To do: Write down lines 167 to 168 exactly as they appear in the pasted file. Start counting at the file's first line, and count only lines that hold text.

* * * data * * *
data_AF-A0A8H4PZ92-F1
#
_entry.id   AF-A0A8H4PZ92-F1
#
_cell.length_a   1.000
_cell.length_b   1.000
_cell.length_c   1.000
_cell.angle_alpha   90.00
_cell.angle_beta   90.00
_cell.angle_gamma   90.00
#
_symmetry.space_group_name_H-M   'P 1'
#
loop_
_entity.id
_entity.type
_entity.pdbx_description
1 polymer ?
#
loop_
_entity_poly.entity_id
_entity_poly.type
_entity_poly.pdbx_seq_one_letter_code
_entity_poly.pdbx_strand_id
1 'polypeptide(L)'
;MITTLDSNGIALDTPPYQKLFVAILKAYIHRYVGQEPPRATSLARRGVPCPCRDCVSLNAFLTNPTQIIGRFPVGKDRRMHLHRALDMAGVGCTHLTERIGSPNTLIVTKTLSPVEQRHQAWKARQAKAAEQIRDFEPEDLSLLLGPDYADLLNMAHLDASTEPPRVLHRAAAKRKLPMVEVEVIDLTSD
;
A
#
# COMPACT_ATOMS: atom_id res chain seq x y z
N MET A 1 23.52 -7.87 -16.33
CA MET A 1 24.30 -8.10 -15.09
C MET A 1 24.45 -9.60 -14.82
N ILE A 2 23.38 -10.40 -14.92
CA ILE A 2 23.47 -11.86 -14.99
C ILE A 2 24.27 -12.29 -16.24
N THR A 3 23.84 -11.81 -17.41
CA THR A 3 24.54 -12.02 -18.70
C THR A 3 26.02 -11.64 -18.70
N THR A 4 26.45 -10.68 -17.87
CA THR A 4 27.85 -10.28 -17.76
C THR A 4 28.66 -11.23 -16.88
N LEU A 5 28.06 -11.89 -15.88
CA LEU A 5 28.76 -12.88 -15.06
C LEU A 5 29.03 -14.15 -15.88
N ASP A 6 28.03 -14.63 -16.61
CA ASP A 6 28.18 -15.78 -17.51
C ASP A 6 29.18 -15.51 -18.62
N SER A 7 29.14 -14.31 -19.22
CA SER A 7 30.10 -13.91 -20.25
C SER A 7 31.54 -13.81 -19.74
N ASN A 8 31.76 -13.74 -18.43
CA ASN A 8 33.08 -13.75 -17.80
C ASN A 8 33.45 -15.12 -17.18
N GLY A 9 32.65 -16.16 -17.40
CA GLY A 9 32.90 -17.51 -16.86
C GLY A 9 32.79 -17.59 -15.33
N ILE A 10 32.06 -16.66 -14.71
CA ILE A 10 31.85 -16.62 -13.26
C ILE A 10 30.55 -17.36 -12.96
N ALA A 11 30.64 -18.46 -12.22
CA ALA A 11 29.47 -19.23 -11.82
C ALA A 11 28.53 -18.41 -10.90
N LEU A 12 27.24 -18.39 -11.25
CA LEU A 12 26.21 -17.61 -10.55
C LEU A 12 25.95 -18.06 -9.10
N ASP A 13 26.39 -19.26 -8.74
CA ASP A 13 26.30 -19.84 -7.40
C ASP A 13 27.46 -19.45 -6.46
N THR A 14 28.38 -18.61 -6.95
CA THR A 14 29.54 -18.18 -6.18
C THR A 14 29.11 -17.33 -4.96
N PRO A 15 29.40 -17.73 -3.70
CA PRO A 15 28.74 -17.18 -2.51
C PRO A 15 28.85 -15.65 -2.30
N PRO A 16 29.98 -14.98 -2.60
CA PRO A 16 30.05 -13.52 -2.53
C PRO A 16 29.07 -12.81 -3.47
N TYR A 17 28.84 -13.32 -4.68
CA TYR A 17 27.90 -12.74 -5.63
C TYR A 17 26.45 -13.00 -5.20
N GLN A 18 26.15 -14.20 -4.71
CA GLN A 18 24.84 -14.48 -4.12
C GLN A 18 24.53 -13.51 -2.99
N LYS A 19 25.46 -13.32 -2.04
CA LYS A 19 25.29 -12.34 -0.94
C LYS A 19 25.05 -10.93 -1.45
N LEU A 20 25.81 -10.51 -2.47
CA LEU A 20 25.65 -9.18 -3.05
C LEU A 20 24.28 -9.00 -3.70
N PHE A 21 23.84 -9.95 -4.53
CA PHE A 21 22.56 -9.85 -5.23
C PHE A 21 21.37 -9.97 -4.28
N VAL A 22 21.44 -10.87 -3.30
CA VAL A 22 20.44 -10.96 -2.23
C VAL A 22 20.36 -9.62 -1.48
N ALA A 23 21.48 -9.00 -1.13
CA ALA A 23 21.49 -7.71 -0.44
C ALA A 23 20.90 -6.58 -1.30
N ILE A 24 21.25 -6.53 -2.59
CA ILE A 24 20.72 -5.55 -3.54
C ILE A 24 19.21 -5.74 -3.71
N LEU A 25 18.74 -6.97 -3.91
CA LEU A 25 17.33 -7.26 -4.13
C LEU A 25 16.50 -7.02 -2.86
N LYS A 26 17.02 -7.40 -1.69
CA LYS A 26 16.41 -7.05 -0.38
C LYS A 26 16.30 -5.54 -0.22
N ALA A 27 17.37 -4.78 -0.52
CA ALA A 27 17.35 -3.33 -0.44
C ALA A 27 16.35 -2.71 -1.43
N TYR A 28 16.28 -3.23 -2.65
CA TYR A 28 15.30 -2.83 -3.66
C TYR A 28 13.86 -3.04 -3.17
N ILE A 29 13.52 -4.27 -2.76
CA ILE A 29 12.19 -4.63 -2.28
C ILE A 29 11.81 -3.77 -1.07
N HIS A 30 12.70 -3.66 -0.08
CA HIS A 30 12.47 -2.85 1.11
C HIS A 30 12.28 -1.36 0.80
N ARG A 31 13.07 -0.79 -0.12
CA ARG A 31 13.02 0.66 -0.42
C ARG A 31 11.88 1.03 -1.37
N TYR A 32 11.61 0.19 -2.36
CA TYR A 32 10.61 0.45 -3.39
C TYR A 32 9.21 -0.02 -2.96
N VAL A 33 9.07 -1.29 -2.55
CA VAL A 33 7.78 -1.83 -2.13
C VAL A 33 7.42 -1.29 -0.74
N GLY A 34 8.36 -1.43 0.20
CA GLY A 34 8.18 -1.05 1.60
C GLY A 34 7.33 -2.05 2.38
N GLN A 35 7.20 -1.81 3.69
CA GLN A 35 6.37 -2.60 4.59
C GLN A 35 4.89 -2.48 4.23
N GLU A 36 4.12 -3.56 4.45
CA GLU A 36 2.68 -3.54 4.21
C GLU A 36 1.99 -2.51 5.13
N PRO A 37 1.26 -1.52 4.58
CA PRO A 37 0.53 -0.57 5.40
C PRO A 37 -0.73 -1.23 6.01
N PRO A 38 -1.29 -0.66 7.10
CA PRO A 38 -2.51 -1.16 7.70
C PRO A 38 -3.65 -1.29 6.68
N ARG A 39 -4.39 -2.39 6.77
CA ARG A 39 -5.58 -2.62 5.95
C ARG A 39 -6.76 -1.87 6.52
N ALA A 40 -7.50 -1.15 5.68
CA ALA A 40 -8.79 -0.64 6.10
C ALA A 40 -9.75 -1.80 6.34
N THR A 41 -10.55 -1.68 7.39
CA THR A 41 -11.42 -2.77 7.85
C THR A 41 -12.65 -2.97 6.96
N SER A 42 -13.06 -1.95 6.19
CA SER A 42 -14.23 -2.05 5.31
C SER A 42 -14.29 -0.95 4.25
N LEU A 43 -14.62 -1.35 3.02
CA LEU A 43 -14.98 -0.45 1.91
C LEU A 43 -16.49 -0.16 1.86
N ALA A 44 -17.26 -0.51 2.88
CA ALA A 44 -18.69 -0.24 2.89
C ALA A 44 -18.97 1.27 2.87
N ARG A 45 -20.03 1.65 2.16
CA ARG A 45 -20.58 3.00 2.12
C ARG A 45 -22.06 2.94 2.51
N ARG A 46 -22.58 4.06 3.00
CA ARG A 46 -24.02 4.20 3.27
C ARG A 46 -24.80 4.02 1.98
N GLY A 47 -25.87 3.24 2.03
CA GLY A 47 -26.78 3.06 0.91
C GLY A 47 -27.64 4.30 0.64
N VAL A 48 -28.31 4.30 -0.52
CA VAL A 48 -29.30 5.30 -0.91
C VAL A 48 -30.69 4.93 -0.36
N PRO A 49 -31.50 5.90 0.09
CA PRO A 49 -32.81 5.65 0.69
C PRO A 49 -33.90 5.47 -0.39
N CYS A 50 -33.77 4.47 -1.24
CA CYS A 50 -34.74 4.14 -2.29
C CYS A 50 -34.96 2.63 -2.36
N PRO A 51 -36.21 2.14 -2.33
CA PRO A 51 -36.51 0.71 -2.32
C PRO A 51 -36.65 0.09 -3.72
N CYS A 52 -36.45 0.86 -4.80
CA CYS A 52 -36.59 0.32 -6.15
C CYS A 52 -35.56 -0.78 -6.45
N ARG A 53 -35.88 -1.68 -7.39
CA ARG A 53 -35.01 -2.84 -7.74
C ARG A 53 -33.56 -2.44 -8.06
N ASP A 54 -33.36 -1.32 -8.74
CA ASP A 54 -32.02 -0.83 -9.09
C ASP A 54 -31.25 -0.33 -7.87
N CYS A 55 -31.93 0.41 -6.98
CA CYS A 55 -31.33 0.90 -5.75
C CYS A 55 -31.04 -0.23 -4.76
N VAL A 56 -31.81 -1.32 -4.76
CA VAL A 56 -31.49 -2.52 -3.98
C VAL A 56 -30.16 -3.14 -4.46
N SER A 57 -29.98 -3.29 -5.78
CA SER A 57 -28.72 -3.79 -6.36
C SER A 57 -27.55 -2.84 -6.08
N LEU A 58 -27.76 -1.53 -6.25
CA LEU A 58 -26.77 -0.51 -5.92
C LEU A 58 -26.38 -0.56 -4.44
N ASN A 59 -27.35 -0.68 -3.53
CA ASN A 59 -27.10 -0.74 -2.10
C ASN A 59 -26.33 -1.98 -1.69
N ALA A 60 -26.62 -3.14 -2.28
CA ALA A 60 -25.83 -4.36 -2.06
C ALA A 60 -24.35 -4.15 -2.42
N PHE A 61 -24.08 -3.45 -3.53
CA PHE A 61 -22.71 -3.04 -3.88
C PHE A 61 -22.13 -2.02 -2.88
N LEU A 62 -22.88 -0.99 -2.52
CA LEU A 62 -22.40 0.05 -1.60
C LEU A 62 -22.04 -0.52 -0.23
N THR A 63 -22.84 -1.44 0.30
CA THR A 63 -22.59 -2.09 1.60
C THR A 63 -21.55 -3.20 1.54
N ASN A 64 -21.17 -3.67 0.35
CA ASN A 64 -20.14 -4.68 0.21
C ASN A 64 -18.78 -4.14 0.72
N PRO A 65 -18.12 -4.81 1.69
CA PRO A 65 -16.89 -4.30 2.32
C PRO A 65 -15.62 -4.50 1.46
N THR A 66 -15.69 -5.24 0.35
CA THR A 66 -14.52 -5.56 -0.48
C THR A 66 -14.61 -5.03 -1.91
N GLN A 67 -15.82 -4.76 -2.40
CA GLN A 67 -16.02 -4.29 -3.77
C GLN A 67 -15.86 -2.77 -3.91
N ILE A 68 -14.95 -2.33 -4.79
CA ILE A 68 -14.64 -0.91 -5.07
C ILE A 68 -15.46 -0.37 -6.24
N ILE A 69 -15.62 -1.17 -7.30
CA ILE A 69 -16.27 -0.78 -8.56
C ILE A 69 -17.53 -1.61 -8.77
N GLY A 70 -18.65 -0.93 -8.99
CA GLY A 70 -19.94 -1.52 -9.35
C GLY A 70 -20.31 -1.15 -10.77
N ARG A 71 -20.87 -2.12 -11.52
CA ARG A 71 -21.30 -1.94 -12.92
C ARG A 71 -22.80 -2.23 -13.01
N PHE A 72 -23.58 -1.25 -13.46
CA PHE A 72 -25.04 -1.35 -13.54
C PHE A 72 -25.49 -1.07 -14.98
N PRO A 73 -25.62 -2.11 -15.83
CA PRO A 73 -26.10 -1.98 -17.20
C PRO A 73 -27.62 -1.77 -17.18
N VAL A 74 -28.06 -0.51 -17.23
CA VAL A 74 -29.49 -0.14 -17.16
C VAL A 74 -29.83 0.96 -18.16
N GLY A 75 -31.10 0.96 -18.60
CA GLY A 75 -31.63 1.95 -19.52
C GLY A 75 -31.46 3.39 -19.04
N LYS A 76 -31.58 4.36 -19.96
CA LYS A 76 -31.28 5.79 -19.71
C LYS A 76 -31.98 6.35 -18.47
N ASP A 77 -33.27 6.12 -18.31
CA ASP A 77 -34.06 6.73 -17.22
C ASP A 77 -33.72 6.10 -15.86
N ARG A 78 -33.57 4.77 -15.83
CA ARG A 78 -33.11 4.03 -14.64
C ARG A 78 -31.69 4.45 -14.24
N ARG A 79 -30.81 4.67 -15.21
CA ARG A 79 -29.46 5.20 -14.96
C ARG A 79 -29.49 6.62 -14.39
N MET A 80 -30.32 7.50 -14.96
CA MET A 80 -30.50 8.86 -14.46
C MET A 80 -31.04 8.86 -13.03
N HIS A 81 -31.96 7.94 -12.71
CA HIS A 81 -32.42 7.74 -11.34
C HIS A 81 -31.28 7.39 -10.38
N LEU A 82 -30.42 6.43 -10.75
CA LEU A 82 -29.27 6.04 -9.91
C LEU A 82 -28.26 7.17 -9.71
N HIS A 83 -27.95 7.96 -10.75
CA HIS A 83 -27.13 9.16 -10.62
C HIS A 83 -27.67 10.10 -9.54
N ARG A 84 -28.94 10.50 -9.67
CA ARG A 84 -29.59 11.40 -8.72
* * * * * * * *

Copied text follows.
CA ARG A 46 -24.02 4.20 3.27
C ARG A 46 -24.80 4.02 1.98